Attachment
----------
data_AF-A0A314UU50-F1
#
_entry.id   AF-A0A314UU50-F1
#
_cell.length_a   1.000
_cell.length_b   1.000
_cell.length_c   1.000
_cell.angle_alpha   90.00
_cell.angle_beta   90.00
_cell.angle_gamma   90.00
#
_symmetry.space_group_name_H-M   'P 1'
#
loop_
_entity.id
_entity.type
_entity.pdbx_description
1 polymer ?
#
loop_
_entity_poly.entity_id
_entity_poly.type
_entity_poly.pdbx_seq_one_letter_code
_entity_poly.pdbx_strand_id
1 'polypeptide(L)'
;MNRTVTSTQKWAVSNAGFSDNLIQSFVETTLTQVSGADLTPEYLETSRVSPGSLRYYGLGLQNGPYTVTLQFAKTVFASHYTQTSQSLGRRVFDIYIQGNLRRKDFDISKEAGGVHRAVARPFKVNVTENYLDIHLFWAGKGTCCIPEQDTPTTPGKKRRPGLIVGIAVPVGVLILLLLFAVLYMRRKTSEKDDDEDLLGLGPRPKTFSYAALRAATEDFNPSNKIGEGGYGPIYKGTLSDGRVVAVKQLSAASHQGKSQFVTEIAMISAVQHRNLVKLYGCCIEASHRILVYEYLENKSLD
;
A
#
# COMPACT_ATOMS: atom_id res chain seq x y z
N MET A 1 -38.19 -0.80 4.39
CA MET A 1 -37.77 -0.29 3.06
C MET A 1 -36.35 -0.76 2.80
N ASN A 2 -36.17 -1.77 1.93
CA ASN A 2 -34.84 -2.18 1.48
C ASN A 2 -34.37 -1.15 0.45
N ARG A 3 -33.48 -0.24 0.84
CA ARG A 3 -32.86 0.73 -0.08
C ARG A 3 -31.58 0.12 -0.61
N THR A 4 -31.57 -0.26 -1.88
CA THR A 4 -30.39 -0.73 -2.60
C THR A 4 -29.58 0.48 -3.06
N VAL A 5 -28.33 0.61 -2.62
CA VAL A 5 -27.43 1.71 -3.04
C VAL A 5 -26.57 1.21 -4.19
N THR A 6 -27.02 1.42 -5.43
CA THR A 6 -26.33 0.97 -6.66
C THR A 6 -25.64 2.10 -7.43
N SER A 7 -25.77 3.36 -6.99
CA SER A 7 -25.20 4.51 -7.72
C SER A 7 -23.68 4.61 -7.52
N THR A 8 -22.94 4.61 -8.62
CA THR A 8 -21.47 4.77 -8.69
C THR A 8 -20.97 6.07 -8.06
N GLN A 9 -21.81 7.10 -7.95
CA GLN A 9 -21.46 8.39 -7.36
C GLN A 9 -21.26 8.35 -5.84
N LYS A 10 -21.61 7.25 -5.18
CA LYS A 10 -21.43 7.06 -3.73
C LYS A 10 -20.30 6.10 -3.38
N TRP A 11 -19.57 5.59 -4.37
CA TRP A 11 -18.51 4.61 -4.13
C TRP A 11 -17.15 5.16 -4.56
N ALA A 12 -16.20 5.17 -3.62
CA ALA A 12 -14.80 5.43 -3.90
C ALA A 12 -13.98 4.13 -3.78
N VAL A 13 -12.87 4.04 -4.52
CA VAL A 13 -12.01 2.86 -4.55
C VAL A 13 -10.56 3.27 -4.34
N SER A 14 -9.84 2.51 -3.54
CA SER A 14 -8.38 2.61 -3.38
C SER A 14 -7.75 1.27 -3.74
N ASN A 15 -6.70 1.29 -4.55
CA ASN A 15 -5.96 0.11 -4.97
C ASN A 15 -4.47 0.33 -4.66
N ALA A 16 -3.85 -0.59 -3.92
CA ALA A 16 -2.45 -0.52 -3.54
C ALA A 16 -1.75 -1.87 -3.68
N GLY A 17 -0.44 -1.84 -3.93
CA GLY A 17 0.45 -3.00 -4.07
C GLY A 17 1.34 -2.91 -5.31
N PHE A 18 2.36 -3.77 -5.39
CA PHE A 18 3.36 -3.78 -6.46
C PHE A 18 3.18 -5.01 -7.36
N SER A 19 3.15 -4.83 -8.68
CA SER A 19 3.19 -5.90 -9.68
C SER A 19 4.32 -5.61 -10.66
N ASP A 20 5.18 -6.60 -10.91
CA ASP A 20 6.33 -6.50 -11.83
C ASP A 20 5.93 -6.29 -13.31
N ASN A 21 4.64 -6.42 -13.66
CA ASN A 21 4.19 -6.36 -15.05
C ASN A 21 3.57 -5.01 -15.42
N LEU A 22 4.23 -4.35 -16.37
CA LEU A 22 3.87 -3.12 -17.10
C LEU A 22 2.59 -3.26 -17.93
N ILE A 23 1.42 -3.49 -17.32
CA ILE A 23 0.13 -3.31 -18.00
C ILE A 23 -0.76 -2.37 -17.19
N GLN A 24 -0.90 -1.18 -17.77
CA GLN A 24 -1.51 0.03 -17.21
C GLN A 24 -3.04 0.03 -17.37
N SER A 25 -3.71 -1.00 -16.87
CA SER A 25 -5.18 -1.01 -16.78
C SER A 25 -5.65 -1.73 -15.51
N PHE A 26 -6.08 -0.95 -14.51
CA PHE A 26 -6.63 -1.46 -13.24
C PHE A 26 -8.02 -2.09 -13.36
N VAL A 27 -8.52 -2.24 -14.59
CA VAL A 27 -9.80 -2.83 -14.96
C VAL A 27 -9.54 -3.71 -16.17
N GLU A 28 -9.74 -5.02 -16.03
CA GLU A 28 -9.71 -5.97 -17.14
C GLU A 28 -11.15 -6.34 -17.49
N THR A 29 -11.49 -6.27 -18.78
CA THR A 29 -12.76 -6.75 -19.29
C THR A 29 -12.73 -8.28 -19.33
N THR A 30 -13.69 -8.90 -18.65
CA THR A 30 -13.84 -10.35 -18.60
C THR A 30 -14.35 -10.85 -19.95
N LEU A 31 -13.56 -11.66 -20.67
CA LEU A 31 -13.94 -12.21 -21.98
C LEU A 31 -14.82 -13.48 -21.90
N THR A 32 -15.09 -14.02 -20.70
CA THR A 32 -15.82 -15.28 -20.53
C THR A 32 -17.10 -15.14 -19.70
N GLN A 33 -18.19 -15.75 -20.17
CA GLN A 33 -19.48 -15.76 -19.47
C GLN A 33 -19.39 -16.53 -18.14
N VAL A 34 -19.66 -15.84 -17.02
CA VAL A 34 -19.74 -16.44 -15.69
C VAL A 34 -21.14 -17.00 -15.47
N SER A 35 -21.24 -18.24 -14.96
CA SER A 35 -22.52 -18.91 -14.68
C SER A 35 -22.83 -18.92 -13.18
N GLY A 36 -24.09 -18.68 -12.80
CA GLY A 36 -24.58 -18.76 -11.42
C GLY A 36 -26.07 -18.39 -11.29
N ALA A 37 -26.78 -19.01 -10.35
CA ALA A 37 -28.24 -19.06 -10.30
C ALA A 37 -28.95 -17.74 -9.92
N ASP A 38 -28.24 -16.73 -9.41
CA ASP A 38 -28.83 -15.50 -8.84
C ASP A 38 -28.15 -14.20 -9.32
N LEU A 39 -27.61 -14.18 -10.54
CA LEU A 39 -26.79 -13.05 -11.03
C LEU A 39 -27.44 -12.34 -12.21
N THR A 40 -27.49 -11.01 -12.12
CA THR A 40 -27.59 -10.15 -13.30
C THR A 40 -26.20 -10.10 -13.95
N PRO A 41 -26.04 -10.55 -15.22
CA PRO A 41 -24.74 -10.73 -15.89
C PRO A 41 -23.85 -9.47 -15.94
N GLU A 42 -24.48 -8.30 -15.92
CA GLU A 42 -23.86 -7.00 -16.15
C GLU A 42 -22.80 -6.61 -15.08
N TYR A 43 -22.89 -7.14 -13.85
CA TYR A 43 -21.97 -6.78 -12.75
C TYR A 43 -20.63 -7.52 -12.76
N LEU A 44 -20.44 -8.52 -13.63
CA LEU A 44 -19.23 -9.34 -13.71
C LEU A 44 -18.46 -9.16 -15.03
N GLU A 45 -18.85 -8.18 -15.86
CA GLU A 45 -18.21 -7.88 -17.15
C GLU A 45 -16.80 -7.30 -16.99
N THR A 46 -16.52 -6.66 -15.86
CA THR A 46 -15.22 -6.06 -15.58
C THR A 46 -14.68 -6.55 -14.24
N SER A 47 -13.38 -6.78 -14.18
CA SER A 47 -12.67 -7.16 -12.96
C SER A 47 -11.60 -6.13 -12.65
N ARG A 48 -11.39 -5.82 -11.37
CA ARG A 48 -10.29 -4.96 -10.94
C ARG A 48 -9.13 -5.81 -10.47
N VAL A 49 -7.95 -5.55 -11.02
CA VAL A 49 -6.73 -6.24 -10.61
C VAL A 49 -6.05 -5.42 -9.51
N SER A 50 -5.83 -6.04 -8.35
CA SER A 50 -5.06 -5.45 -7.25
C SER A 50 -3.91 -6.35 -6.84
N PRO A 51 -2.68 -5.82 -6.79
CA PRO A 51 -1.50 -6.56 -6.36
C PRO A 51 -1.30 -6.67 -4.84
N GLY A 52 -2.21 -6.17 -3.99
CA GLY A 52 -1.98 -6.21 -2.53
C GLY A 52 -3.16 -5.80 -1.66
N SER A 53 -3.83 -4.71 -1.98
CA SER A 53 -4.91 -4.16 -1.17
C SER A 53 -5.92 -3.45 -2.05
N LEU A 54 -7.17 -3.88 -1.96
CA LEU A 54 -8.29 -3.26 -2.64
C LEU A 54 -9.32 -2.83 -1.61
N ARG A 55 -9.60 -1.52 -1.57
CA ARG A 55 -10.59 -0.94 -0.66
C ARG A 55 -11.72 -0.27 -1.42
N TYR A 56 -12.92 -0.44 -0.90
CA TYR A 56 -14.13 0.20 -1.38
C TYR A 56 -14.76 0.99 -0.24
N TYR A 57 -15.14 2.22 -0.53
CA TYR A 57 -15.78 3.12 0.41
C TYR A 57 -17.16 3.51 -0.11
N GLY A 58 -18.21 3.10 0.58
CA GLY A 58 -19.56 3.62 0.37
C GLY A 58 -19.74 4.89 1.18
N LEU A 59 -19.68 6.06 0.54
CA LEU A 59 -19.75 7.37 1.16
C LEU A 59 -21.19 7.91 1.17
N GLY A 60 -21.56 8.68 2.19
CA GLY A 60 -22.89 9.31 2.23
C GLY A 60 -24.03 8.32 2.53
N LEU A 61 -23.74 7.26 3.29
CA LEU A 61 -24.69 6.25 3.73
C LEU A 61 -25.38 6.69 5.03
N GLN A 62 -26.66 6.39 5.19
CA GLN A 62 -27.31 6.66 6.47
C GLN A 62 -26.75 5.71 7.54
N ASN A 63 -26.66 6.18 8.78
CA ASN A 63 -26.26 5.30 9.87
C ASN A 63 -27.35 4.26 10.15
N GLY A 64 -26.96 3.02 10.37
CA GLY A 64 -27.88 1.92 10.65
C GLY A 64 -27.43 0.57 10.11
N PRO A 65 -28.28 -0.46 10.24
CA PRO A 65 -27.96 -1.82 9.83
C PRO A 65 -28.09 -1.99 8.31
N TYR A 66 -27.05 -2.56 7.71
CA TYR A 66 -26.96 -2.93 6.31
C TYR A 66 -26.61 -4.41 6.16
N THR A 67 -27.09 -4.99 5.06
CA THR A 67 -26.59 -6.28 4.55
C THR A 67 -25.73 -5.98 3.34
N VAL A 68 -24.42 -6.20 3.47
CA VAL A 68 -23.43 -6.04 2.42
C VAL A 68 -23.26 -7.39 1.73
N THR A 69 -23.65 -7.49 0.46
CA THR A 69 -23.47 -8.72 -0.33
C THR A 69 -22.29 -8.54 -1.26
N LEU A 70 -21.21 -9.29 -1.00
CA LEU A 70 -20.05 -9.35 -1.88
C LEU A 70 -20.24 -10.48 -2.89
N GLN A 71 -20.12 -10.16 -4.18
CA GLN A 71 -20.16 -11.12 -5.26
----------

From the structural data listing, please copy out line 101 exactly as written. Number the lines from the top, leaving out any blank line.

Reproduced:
CA GLN A 24 -1.51 0.03 -17.21